• Brown Dog Farm Apple study from Farmhouse: This delightful apple dessert was creative more than anything, which is an important part of the culinary experience.

But it’s not just the food that makes Chicago Gourmet the most enviable foodie event of the year. Attendees also enjoyed live cooking demonstrations, expert seminars, gourmet tastings, and book signings by renowned chefs and master sommeliers/winemakers. I saw (and admired) Art Smith, Hugh Acheson, Hubert Keller, Lorena Garcia, Sarah Grueneberg, Graham Elliot, Adam Rapoport, Gale Grand, and many other culinary greats. Strangely enough, Hugh Acheson’s unibrow is even sexier in person, and Hubert Keller may be the nicest man in the world. (He also made the best beef cheeks and polenta my taste buds have ever touched). I even met Gale Grand, exec pastry chef at Tru, munching on a lobster roll next to me before her demonstration — and yes, she’s one lovely woman.

I also managed to briefly chat with Adam Rapoport (editor-in-chief of Bon Appétit) and compliment LeeAnn Trotter (NBC5 reporter) on her cute pixie haircut. I don’t think any of the celebrities I met particularly gave a shit about some lowly journalist, but I cared. I cared, dammit. Finally, I attended a private Grand Cru event where I indulged in even more exclusive tastings, such as edible gold and truffled eggs.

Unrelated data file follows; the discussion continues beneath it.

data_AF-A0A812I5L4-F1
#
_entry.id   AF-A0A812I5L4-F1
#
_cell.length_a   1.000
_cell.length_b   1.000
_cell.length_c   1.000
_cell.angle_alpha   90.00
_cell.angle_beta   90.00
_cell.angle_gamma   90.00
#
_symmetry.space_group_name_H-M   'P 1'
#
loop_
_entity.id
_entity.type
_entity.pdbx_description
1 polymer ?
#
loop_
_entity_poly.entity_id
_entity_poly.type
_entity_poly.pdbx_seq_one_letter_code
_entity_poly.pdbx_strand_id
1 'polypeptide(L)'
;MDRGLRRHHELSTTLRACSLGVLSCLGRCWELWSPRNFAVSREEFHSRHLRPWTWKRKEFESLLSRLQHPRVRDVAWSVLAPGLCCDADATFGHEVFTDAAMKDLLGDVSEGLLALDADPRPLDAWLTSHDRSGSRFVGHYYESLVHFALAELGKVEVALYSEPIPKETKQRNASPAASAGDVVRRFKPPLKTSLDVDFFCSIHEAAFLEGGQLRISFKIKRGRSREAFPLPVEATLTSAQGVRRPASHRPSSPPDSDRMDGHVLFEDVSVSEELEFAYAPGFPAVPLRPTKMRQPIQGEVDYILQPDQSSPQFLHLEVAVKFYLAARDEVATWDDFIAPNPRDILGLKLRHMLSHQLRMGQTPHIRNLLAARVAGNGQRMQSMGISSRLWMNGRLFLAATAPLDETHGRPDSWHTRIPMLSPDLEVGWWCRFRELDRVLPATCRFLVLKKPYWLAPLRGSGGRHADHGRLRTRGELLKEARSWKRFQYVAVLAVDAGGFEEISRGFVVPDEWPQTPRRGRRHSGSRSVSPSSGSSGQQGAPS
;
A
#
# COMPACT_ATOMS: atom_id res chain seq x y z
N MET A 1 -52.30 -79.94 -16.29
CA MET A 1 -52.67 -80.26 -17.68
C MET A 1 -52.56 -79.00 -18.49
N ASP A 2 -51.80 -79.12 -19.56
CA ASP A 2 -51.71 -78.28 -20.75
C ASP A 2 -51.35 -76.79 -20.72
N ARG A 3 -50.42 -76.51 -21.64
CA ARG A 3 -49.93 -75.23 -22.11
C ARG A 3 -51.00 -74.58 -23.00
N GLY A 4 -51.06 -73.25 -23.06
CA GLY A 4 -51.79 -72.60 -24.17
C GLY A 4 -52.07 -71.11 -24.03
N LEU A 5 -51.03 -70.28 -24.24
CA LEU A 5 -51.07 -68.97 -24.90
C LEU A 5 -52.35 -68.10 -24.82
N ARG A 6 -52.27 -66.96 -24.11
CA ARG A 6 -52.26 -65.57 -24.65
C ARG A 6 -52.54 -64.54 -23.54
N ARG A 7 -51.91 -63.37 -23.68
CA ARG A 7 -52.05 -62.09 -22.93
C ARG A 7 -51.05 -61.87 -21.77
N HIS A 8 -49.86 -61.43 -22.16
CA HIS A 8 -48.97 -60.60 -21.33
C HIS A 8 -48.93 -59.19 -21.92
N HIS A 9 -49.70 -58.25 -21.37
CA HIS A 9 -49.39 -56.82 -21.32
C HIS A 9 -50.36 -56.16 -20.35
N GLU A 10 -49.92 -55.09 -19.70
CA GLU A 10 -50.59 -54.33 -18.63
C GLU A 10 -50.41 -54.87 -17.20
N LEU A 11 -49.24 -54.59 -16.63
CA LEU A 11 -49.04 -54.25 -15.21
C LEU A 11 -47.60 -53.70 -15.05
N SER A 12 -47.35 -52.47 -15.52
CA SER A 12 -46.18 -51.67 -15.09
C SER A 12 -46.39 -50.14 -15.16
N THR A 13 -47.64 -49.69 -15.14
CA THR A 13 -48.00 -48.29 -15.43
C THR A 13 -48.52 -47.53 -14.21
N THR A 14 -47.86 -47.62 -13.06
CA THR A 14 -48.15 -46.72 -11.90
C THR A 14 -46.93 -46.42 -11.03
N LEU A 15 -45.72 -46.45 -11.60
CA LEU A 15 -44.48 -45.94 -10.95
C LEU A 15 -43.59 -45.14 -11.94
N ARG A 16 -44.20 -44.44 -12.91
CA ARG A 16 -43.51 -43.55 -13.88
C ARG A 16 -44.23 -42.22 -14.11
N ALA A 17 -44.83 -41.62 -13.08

You’re probably thinking: dear God, Judy — how did you survive? My answer: barely. But if I were to die anywhere and in any way, it would be at the food marathon that is the Chicago Gourmet, lying in fantastic pile of mushy polenta, dried pulled pork, and empty Vodka bottles.